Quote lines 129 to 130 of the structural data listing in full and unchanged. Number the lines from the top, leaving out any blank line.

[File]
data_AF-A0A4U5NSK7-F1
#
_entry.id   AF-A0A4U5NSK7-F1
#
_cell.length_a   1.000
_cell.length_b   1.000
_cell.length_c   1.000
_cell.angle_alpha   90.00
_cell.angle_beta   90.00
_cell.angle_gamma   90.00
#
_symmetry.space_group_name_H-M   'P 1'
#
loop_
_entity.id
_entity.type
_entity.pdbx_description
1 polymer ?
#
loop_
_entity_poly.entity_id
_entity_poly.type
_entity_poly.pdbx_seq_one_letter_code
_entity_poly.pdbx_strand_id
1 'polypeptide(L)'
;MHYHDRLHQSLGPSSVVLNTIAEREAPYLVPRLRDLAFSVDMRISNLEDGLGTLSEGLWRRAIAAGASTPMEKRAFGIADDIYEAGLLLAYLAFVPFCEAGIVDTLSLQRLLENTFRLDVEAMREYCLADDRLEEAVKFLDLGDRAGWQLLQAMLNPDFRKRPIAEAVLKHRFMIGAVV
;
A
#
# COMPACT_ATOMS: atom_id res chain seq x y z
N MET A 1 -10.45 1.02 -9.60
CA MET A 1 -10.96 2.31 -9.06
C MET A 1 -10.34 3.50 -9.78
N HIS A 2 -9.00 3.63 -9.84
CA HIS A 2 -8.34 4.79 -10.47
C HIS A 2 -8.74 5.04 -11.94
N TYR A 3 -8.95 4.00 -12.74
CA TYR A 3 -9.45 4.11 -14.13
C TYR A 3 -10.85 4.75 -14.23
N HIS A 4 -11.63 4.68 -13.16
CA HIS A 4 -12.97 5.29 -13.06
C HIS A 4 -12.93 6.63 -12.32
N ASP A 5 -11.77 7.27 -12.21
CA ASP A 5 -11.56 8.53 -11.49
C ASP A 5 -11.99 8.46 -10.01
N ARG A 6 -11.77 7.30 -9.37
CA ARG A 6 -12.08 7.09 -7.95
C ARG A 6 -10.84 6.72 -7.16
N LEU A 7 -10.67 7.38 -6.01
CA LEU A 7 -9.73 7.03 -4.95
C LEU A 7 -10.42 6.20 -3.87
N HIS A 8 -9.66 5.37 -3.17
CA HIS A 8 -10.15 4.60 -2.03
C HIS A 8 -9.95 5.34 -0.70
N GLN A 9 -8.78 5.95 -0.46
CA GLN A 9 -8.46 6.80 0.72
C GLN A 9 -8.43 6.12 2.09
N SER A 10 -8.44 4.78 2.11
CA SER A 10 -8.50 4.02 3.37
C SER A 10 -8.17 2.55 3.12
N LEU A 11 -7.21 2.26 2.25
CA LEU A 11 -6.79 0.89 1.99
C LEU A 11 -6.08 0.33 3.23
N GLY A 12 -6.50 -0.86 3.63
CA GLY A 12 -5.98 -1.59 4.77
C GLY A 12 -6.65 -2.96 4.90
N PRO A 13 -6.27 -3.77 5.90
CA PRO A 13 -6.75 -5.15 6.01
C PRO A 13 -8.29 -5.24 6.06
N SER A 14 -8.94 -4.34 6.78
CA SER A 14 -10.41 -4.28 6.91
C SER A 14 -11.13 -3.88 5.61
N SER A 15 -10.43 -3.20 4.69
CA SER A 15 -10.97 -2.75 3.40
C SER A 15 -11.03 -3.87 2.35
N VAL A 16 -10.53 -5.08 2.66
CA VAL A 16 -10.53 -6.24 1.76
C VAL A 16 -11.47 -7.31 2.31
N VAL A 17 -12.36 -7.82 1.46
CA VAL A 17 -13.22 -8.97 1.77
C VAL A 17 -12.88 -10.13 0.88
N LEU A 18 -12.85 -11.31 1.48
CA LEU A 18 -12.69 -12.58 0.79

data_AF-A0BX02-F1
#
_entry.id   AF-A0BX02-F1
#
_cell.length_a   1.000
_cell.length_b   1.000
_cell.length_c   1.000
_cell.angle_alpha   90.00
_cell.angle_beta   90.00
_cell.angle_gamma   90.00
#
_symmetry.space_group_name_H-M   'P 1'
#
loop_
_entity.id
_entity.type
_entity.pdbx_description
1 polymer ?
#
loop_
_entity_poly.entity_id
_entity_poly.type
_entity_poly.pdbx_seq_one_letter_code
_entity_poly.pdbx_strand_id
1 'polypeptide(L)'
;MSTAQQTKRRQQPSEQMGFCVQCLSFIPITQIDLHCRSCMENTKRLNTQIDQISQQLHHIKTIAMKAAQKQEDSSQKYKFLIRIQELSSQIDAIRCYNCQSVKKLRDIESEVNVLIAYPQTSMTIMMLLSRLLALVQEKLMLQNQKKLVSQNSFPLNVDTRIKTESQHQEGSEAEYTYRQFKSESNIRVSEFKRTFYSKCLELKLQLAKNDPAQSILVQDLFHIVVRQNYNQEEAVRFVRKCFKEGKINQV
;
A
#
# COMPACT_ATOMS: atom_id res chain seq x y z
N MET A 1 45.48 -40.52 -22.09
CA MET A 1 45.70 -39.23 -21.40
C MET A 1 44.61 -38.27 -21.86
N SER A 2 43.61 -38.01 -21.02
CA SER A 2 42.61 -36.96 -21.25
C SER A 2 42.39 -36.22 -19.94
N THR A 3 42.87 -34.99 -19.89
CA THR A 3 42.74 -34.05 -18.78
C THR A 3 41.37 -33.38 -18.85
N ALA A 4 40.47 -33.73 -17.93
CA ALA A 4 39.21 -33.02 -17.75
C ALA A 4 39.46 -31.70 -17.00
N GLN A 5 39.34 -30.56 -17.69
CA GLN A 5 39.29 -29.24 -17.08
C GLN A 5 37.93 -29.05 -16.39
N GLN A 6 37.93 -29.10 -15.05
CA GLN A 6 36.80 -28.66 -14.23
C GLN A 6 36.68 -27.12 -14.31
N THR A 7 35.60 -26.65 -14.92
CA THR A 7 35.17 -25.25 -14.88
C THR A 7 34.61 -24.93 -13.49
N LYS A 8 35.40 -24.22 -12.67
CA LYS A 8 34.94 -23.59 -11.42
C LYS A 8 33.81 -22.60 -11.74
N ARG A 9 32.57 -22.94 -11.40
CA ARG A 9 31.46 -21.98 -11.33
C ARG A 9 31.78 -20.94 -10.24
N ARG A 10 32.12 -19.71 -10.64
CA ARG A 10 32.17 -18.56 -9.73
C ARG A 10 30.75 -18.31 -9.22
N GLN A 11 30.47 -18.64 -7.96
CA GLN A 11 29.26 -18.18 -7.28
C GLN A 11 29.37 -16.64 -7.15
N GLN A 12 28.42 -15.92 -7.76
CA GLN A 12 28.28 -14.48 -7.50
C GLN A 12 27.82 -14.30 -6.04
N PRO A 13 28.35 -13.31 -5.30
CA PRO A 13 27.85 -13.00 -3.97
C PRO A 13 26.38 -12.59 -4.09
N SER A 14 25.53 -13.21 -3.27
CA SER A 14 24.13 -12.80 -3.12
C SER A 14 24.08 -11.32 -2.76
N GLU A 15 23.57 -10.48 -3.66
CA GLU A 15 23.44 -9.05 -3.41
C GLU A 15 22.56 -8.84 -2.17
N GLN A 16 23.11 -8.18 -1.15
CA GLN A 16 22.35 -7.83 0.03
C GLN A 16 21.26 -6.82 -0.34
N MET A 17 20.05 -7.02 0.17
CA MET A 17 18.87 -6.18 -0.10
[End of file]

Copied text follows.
N GLN A 6 37.93 -29.10 -15.05
CA GLN A 6 36.80 -28.66 -14.23